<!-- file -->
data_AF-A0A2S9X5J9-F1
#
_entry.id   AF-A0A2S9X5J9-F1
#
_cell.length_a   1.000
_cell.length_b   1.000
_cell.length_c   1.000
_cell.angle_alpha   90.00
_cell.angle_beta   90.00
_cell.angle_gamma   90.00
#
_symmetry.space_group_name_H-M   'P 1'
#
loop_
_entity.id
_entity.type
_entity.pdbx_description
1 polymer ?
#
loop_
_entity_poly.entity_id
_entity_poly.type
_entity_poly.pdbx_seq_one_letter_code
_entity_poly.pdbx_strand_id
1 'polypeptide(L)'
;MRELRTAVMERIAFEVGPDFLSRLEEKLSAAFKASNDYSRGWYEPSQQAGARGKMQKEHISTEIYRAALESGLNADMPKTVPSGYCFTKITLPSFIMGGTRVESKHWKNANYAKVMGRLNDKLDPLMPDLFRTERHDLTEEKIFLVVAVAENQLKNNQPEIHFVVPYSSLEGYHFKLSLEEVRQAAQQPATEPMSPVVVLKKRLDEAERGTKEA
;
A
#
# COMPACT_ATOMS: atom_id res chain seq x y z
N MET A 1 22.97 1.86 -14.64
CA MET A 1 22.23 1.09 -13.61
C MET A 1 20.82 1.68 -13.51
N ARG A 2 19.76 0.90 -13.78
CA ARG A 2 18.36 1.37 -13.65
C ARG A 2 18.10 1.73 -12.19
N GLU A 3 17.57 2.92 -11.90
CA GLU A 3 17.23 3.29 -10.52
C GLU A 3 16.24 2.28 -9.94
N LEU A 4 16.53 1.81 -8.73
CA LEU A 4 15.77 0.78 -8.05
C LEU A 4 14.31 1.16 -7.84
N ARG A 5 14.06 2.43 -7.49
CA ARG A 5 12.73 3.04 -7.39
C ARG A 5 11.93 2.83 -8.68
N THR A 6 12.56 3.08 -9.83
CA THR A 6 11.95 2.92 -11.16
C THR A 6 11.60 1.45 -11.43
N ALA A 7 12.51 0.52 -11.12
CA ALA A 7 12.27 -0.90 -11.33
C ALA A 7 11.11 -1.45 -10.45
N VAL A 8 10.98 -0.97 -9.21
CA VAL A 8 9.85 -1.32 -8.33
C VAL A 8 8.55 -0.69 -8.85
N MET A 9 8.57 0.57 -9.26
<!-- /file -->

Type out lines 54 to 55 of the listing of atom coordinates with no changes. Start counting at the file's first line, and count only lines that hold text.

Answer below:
C VAL A 8 8.55 -0.69 -8.85
N MET A 9 8.57 0.57 -9.26